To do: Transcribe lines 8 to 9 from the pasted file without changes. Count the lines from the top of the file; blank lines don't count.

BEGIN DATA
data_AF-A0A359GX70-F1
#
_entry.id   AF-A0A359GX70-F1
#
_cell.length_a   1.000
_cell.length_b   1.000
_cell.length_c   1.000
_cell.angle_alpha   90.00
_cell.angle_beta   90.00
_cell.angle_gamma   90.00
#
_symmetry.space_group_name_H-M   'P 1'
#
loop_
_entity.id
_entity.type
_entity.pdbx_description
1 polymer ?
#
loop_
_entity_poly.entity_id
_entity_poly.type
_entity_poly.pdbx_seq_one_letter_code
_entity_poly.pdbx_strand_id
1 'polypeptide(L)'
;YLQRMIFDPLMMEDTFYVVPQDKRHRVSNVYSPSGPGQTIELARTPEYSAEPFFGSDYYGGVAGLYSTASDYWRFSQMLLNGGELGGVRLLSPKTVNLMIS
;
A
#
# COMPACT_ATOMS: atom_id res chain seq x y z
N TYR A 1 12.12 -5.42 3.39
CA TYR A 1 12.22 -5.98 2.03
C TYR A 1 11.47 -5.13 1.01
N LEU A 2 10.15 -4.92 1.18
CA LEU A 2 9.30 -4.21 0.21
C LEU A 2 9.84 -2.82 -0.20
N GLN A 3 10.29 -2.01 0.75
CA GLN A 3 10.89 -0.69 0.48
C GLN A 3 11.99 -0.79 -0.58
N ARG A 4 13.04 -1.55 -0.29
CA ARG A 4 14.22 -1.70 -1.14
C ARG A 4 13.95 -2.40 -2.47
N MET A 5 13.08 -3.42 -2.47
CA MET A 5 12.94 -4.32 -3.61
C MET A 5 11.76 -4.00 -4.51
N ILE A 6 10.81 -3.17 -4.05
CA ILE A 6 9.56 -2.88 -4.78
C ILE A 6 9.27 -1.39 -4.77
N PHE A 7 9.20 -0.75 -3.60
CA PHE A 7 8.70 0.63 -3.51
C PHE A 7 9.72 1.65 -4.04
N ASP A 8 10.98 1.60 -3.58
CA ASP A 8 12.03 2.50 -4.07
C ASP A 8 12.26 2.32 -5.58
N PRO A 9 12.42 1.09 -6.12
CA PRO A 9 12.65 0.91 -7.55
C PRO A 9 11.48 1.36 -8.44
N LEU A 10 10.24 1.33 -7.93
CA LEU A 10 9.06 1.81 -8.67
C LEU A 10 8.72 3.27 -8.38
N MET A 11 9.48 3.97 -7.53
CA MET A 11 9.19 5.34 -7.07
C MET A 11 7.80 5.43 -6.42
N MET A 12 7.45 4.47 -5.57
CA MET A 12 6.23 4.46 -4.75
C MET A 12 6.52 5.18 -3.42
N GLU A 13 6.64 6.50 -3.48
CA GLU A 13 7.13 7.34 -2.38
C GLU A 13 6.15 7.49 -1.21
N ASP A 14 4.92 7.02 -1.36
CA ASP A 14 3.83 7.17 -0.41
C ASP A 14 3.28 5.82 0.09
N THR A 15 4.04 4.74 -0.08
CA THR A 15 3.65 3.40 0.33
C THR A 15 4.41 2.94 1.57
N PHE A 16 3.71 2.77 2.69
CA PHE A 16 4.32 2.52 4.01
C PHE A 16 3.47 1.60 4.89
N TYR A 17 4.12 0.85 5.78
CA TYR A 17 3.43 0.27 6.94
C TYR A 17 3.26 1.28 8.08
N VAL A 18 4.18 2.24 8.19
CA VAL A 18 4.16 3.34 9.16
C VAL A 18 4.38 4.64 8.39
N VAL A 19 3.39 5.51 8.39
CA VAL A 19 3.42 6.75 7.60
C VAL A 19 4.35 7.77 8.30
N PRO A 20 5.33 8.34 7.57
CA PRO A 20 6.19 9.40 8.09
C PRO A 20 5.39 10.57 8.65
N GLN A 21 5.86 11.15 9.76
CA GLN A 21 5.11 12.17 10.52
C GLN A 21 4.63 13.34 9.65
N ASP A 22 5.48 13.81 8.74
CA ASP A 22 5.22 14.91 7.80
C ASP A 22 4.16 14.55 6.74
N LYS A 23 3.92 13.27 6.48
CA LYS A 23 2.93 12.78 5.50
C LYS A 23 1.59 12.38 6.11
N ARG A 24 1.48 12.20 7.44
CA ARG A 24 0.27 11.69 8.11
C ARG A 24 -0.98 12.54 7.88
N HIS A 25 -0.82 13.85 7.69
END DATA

_cell.angle_alpha   90.00
_cell.angle_beta   90.00